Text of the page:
Though failing to explain how evolution occurred, Darwinism held tremendous sway over generations of biologists; another example of the staying power of sophistic explanation by the well-respected, and a tendency to favor simplistic stories, thus crowding out more accurate but involved scenarios.
The term natural selection remains ubiquitous and is widely considered in much the same way that Darwin conceived: evolution via competition.
Lamarckism fell from favor in the 1880s, after German evolutionary biologist August Weismann facilely concluded that changes from use, such as lifting weights to increase muscle mass, and disuse, such as lazy lifestyle, were not heritable. Weismann also found Darwin’s theory “inadequate.”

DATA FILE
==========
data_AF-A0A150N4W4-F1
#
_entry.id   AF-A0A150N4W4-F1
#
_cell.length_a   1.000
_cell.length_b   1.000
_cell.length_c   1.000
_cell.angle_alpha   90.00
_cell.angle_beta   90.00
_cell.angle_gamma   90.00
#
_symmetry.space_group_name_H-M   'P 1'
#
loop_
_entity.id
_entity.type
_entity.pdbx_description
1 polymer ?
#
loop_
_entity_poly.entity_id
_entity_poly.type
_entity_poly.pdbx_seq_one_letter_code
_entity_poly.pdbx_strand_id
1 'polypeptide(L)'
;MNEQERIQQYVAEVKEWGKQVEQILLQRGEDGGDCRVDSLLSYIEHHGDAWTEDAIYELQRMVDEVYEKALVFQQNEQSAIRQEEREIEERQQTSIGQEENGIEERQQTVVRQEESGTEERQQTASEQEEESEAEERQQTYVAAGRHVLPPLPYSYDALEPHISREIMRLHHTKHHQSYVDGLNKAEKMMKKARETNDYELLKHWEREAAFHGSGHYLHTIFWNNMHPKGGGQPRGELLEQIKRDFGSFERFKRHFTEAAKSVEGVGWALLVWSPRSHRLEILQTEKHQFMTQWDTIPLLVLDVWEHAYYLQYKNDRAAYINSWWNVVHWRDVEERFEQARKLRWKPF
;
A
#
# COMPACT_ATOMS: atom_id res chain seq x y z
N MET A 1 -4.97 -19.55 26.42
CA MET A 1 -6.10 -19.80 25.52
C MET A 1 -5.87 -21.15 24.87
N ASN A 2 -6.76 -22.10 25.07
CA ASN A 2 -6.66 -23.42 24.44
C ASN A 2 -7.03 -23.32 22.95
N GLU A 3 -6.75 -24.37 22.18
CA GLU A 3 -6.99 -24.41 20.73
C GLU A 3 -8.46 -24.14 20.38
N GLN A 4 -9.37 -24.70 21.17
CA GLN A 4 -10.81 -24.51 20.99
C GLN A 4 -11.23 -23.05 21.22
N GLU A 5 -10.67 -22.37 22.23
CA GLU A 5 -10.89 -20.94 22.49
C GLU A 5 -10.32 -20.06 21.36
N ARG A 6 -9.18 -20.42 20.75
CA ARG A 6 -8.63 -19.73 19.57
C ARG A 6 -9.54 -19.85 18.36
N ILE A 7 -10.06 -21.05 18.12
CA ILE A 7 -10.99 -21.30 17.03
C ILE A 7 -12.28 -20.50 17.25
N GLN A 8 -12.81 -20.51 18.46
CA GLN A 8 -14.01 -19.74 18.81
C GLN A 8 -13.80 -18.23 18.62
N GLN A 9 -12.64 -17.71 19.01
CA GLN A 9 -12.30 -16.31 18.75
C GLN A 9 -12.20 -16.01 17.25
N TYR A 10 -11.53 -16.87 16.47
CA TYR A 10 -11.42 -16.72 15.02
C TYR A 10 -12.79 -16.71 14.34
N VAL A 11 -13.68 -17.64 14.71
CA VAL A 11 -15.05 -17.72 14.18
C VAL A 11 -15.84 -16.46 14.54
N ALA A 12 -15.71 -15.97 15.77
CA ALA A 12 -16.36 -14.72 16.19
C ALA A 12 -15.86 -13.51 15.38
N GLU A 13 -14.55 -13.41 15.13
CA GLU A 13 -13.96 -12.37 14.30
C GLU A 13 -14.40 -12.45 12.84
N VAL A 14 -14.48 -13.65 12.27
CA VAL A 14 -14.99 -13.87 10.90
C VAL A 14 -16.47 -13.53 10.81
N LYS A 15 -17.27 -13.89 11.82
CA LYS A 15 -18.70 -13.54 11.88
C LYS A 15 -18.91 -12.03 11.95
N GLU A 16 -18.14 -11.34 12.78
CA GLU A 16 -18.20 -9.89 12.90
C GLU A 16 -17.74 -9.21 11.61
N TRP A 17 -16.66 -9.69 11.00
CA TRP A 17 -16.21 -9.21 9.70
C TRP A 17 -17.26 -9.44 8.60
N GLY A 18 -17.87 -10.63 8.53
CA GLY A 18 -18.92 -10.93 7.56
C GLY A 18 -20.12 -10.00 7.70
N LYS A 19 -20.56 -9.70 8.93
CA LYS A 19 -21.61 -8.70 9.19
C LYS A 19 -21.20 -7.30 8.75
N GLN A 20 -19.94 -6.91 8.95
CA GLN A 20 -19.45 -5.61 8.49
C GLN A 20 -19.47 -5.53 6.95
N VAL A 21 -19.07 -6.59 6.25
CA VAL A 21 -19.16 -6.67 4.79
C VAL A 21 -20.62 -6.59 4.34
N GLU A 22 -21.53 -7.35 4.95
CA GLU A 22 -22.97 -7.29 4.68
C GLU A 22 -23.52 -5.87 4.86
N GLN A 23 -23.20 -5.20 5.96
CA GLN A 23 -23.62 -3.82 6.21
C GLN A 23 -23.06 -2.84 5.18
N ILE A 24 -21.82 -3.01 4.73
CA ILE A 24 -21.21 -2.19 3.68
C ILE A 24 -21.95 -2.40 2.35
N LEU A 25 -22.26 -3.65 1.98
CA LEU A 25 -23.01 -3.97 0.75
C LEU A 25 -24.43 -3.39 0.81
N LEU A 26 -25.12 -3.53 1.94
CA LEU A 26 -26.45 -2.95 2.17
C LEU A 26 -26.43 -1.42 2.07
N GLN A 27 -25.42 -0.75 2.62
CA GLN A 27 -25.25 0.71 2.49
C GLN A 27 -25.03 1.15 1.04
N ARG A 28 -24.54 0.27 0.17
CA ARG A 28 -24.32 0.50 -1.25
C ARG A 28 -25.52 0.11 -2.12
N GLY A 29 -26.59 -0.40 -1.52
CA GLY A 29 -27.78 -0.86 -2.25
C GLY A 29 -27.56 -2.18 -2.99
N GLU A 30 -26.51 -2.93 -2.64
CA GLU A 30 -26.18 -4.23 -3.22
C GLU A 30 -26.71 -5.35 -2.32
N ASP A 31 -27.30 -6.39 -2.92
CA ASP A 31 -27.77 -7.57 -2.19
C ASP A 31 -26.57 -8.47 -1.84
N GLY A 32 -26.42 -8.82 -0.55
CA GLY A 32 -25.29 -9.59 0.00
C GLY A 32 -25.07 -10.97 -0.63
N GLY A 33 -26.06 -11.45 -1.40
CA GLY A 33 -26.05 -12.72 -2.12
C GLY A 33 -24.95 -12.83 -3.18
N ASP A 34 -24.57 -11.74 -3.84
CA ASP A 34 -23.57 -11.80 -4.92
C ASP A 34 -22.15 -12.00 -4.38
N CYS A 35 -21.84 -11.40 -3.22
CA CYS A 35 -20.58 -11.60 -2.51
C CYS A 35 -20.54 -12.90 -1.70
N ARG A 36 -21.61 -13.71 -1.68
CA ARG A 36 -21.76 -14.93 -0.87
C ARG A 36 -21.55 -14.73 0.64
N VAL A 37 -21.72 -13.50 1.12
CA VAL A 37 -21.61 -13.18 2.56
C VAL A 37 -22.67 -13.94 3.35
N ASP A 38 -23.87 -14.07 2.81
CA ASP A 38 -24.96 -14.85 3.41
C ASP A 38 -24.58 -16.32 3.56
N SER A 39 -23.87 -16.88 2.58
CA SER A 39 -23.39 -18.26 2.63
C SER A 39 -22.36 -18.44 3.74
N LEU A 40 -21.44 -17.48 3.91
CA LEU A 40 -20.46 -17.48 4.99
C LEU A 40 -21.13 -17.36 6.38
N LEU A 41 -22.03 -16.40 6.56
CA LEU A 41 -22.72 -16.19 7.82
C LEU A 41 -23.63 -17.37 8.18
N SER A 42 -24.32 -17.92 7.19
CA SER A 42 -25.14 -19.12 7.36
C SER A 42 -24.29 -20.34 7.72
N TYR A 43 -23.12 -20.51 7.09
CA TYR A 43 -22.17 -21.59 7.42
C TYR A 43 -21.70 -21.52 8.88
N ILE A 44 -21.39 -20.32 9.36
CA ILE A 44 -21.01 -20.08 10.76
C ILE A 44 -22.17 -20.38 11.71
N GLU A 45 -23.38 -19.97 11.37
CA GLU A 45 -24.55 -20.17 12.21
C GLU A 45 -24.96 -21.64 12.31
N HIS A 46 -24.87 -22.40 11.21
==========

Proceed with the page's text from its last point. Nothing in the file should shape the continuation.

In their stead, Weismann proposed the germ plasm theory: that the only carriers of inheritance are germ cells (eggs and sperm). The supposition lurking behind germ plasm theory is that heredity is entirely hard-wired, which snugly fits with DNA as the sole messenger of inheritance. What was unknown for decades is that DNA provides only a partial code, subject to interpretation and limited expression.